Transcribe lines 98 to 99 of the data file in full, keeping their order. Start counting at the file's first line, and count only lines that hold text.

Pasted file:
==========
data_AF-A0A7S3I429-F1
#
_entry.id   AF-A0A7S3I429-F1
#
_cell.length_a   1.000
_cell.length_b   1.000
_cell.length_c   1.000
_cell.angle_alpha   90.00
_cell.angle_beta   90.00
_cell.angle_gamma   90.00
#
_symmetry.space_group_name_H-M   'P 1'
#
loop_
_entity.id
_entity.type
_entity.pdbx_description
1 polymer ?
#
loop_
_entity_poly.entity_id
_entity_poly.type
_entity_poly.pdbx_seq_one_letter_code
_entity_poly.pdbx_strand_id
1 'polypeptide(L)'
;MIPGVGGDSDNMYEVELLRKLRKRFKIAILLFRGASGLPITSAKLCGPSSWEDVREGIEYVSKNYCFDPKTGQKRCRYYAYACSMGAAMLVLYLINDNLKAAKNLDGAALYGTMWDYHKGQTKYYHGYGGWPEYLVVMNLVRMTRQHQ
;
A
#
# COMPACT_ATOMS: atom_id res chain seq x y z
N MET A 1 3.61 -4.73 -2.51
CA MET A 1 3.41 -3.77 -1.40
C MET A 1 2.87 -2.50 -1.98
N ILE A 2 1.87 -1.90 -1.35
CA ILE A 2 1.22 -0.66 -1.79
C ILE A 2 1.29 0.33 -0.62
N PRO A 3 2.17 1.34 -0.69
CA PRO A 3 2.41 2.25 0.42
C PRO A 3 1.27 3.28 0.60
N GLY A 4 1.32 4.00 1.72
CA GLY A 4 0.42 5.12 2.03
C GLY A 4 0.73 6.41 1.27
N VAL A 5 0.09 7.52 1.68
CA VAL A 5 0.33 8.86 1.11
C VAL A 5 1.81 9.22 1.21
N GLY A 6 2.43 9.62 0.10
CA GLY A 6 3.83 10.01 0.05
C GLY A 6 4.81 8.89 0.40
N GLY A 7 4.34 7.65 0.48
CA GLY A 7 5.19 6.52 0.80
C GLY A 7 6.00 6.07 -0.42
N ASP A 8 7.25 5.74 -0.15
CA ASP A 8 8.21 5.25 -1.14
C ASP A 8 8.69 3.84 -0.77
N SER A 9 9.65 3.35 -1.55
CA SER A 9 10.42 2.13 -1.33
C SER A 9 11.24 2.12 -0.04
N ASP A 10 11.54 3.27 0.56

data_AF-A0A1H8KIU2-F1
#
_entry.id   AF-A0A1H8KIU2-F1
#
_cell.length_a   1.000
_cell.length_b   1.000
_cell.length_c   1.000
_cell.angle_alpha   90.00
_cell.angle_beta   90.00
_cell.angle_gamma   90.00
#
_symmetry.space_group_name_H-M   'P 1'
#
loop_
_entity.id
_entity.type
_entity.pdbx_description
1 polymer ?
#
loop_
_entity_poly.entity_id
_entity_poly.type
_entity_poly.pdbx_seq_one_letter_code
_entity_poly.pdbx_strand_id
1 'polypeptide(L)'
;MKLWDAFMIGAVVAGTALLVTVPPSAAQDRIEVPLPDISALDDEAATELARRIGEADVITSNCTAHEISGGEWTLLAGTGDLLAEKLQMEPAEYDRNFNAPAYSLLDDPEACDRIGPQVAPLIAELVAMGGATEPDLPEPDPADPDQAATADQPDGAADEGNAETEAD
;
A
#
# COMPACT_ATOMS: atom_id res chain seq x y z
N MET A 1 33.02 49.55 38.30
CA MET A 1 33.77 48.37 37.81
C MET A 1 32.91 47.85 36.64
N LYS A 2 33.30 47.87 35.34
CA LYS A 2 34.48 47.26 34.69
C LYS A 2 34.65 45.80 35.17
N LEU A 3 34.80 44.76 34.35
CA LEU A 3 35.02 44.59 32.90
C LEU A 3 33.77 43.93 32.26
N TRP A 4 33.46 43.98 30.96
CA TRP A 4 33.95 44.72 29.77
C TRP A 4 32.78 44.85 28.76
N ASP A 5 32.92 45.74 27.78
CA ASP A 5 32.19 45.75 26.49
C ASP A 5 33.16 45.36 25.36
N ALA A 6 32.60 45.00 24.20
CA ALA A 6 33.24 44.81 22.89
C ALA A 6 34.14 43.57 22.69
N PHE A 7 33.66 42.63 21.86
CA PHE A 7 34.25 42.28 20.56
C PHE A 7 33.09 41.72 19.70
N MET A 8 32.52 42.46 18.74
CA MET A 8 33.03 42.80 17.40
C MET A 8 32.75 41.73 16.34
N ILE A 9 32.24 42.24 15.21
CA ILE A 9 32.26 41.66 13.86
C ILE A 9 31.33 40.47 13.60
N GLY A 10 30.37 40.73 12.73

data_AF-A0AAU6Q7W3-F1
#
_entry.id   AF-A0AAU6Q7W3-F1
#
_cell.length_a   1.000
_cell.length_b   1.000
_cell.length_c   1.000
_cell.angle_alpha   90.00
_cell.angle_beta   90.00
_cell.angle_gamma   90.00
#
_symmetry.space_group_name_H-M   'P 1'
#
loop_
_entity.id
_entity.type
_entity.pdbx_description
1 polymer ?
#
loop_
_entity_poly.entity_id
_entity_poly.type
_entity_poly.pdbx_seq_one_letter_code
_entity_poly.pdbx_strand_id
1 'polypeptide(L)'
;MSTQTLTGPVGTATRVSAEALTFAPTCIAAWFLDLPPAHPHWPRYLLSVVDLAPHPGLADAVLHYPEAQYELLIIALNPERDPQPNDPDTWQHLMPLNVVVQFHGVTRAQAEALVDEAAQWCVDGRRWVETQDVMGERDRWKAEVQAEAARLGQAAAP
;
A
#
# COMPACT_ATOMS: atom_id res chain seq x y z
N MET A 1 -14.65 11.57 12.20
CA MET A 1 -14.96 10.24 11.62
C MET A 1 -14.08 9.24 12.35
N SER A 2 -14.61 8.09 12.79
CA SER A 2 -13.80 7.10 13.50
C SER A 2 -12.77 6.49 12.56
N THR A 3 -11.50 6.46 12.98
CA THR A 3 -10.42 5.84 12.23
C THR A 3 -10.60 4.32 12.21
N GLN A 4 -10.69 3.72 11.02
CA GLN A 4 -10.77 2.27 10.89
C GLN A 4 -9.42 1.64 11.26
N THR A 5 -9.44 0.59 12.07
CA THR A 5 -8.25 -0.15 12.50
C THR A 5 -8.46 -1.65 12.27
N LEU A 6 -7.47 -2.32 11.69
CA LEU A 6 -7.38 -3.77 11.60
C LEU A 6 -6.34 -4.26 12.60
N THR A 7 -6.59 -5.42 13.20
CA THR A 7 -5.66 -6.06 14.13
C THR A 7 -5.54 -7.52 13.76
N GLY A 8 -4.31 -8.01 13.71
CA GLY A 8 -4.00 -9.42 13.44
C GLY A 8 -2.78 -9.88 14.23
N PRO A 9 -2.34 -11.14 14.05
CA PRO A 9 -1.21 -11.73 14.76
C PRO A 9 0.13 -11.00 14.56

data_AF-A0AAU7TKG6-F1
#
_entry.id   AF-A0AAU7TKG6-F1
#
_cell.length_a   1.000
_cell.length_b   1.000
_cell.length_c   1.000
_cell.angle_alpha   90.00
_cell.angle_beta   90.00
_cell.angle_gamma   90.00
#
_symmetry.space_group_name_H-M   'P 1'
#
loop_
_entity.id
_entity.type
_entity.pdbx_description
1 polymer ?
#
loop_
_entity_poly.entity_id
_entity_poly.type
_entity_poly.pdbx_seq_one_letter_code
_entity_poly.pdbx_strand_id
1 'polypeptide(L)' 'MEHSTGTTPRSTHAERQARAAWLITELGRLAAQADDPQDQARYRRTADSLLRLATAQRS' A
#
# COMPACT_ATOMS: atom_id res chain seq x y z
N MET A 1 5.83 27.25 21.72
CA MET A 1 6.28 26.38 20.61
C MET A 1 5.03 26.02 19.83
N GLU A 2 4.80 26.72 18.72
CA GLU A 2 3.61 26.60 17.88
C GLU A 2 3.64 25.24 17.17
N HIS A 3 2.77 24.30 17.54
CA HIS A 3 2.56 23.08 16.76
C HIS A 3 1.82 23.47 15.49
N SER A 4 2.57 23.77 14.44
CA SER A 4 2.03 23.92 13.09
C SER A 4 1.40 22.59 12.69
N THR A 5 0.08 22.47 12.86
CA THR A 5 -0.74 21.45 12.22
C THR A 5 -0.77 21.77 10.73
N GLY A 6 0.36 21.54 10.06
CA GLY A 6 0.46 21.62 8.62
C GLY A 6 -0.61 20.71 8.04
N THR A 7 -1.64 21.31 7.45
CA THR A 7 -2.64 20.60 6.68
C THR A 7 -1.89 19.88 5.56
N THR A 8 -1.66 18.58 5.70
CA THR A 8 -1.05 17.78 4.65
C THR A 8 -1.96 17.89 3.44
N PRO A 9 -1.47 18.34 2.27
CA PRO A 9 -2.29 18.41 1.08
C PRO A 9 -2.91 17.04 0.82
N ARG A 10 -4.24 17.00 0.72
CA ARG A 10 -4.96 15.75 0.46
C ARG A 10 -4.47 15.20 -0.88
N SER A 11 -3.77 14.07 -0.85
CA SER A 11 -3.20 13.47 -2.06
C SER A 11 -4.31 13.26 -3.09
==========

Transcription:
N TRP A 4 33.46 43.98 30.96
CA TRP A 4 33.95 44.72 29.77